Book Review: THE MAGPIE COFFIN by Wile E. Young

I have recently taken a keen liking to the western genre. It started out with randomly deciding to watch the Spaghetti Westerns directed by Lucio Fulci, and has continued with me watching countless cinematic adventures of cowboys and indians, outlaws and lawmen, and whatever else the rugged terrain of the lawless West circa 1880 had to offer. I have even started reading Western novels by such classic writers as Louis L’Amour and William Johnstone. While scrolling through social media one day something caught my eye: an upcoming novel, dubbed a Splatter Western, which combined my love for the West with my love for gore-soaked extreme horror literature. Thankfully in these tumultuous times I was able to have a copy delivered to my door in record time

The Magpie Coffin follows the exploits of a man called Salem Covington (also known as the Black Magpie). Now Salem isn’t any ordinary feller; he is an outlaw occultist who cannot be killed by an ordinary bullet. With spiritual training from a Native shaman called Dead Bear, Salem has learned how to do various rituals and magic, all the while collecting stories and artifacts from those unfortunate souls he claims as his victims. One day Dead Bear is brutally murdered by a gang of thugs, and Salem vows vengeance. He takes a young army scout under his wings (rather forceably) to assist him in his lust for revenge. With the body of his teacher kept in a coffin behind his wagon, the Black Magpie goes through the and killing and collecting to avenge Dead Bear’s murder.

There was just so much here to like about Wile E. Young’s splatter western. The narrative moved forward with an excellent pace, and the character development was top notch. Seeing the relationship between Salem and his helper evolve over time was excellent, as you get to see Salem soften up just a tad toward the young man. The violence is relentless, and as gore-soaked as you’d expect from the splatter genre. Young did an incredibly job of taking two distinct literary genres and fusing them together in a completely effective, haunting, sickening, work. The kind of vomit inducing savagery from which it will be difficult to remove your eyes.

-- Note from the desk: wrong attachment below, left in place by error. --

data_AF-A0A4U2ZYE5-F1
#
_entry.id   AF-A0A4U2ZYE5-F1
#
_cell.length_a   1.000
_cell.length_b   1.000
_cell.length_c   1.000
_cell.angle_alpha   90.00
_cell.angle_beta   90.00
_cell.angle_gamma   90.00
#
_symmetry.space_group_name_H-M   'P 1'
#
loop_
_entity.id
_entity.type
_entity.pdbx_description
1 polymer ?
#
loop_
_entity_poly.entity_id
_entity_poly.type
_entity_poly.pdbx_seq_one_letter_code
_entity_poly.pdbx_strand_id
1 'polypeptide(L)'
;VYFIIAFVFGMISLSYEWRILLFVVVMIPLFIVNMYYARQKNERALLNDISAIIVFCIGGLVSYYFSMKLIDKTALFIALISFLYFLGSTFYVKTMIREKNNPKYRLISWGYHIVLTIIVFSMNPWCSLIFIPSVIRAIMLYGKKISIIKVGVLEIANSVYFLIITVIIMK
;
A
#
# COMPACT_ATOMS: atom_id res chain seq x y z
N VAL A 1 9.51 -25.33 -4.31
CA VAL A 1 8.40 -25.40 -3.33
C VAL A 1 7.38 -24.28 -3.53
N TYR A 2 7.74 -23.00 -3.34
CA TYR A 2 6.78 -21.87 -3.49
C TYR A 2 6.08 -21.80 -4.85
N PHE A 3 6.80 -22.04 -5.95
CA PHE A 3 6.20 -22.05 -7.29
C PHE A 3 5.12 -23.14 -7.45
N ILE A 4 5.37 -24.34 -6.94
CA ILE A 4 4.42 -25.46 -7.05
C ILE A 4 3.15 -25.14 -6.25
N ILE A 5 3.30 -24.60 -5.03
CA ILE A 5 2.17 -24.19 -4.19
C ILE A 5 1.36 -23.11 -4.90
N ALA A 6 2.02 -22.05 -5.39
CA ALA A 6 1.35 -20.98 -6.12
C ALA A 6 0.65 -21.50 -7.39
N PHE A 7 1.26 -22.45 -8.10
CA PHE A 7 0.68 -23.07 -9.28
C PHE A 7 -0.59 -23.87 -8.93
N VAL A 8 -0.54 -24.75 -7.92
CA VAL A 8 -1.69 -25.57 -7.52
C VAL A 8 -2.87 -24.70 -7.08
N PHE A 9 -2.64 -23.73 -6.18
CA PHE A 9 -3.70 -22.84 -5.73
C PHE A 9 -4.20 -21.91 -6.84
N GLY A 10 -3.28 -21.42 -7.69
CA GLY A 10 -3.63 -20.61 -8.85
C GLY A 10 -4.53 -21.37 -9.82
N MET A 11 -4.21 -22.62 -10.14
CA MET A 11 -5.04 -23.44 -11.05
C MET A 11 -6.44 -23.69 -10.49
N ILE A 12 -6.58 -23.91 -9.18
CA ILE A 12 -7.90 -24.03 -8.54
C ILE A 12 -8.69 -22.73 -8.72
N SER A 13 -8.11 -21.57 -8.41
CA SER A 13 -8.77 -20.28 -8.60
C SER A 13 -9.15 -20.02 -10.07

I must admit, I was giddy when I read the back of the book before I even ordered it. This piece of literary fiction was an amalgamation of things I hold near and dear, namely cowboy adventure and extreme violence, peppered with some elements of the supernatural and the occult. Author Wile E. Young was able to take those elements and craft a spellbinding narrative that allowed me to finish the novel in only two sittings. The best thing about The Black Magpie is that it excels at being both a Western novel, and a horror novel. Western fans with no interest in horror literature can still enjoy it, and horror fans who aren’t chomping at the bit for Western adventure can love it just as much. When I was finished I wanted to read more, which is good news, because this is actually the first novel in a planned series. I can’t recommend this novel enough.

Oh, it also has one of the coolest damn covers I have ever seen.

Image may contain: 4 people

About Chuck Ransford 100 Articles
Ah now for the one thing everyone loathes...writing about themselves! Well for starters, my name is Chuck, and I am a south Jersey transplant living in Amish country. I’ve been a horror fan since 5th grade, about 16 years ago. My horror fandom started when I got my hands on a copy of Jay Anson’s novel The Amityville Horror. The book terrified me, and I knew I just had to watch the movie. An older cousin of mine had a copy of it, and that was the genesis of my obsession with the genre. Over the years I have expressed my horror fandom in many ways. Since about 2005 I have been regularly attending horror conventions. These have been great ways to amass collectibles, movies, and to meet some of my favorite celebrities. My best friend Mike and I used to run our own horror blog years ago, and we also dabbled in script writing. I am looking forward to going back to writing about horror, something I’ve always loved. When I’m not working (I work at PNC Bank), my non-horror interests are studying theology and economics, watching Japanese tokusatsu, and doing play-by-play commentary for professional wrestling. I’m also a member of the Barbershop Harmony Society and singing in a Barbershop quartet. Oh, and I’m probably the biggest fan of the Golden Girls you’ll ever meet. My top 5 horror flicks (definitely subject to change): 1. Cannibal Holocaust (1980) 2. Basket Case (1982) 3. Texas Chain Saw Massacre (1974) 4. The Beyond (1981) 5. Dawn of the Dead (1978)